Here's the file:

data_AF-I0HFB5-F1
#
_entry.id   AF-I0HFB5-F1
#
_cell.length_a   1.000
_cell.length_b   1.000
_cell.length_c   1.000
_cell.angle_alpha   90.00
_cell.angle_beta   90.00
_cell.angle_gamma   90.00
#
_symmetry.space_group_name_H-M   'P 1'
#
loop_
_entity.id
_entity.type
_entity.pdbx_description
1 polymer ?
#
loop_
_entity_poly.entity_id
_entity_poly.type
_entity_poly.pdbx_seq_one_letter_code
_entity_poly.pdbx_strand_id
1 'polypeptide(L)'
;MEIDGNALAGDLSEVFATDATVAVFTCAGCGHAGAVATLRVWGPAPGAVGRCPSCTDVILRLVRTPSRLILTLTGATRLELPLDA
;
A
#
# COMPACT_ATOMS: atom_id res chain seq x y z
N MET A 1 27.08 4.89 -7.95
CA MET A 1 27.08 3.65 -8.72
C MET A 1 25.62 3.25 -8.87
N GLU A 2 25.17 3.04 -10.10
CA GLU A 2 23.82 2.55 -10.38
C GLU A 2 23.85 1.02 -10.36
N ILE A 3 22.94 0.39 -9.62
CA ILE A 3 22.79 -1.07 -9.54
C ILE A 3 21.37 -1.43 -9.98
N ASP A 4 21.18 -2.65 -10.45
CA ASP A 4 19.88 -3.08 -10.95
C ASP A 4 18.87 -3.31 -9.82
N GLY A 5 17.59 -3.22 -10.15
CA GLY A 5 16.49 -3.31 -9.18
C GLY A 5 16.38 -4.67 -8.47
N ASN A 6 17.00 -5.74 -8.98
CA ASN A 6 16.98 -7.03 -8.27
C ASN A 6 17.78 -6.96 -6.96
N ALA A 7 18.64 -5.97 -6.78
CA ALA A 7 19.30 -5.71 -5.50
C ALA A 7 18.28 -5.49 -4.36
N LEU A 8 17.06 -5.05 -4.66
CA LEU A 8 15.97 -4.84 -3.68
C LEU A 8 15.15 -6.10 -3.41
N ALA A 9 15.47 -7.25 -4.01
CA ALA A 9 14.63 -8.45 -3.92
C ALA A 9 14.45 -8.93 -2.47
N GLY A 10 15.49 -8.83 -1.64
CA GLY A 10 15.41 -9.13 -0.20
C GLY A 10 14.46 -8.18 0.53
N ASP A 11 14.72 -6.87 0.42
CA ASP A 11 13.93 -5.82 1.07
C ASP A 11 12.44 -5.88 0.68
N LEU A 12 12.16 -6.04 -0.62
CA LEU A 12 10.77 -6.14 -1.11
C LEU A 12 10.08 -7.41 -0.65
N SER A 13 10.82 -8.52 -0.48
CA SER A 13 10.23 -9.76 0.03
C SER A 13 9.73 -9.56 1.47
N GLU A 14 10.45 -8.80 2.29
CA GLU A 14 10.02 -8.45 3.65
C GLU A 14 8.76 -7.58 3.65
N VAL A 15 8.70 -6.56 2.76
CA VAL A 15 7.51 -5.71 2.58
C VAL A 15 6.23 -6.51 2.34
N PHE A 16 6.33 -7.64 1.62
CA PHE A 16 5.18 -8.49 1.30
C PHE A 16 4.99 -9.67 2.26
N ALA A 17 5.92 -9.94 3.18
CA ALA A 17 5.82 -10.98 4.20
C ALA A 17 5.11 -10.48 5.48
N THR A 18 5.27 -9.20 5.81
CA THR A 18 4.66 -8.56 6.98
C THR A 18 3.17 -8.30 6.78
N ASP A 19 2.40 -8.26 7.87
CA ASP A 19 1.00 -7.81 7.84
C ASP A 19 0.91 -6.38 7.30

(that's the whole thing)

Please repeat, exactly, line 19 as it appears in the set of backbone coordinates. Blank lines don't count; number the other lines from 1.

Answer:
#